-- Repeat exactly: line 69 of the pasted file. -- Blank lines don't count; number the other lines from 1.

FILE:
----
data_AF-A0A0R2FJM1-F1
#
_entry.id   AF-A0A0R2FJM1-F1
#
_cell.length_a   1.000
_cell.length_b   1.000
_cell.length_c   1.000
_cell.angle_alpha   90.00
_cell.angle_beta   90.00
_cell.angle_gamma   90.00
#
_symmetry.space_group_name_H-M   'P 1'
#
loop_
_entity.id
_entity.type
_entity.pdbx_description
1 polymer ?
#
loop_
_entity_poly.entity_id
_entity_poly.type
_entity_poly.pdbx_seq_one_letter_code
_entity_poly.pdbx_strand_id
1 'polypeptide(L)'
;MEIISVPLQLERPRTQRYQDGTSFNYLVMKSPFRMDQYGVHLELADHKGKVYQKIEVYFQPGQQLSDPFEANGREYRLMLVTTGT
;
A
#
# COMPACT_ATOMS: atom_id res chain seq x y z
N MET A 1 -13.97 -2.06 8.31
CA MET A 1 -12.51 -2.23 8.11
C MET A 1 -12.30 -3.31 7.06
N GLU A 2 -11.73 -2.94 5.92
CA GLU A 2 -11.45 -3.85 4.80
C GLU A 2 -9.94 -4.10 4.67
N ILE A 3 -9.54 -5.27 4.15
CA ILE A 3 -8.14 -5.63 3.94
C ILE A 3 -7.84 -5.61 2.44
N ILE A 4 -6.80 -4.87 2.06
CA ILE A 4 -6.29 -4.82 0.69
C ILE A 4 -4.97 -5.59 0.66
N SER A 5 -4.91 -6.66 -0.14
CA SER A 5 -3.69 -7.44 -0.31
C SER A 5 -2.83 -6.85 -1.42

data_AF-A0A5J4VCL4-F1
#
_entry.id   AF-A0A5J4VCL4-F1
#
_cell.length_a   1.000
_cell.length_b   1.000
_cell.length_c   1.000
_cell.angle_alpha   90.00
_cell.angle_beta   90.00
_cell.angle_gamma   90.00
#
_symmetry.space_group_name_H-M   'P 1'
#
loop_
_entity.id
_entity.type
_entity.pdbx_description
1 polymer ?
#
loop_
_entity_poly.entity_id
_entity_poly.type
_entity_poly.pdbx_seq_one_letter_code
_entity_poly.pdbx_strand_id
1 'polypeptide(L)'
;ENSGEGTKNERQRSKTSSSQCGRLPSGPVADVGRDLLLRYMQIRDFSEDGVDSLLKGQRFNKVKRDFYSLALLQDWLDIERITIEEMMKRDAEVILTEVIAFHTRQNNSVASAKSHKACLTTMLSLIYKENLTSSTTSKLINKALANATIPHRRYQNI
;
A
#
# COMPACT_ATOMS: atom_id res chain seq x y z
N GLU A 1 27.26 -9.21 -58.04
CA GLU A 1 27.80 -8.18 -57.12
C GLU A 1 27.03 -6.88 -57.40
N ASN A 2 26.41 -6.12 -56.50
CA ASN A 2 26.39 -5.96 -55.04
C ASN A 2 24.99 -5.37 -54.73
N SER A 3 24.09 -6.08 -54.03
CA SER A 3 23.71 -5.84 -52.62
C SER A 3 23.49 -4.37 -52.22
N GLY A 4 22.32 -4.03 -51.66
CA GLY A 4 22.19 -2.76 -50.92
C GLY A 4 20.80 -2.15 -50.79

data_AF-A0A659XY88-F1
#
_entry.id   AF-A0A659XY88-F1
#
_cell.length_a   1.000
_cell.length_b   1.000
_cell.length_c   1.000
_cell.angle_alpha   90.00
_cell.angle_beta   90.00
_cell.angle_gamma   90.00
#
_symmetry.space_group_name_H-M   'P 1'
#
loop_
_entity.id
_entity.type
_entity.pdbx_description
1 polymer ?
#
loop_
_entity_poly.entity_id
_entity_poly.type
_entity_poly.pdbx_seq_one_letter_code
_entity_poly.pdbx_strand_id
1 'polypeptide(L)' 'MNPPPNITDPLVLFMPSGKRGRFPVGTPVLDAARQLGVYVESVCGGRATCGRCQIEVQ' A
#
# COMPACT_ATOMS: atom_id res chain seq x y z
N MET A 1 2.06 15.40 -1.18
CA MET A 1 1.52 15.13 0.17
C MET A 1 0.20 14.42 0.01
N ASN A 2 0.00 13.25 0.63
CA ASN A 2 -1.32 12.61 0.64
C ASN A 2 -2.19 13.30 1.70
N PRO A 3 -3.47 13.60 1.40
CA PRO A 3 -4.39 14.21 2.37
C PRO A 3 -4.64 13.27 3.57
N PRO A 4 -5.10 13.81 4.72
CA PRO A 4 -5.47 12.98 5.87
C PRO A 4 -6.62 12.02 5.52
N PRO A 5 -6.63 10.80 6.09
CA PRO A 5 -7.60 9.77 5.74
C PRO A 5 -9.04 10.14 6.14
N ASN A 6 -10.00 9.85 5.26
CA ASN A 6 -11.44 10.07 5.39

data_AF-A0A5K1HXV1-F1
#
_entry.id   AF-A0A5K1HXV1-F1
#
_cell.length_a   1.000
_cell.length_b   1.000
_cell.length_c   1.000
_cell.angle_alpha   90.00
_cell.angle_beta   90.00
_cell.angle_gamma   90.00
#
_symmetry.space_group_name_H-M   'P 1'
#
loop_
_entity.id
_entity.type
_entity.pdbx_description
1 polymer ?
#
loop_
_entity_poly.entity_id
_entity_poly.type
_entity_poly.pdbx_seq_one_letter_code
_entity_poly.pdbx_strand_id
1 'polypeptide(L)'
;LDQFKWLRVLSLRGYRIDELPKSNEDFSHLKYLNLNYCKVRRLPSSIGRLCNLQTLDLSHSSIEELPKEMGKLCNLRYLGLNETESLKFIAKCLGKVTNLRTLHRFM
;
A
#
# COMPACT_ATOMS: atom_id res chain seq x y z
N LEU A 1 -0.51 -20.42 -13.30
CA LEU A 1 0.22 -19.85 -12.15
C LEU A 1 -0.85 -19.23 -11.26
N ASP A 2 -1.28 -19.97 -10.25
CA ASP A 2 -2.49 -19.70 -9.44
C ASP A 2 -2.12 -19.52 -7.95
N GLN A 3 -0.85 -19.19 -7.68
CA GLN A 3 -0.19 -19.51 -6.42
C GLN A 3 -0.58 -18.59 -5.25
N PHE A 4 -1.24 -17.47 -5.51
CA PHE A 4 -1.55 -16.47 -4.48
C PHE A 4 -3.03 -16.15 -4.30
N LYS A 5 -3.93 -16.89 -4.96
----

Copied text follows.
_entity_poly.pdbx_strand_id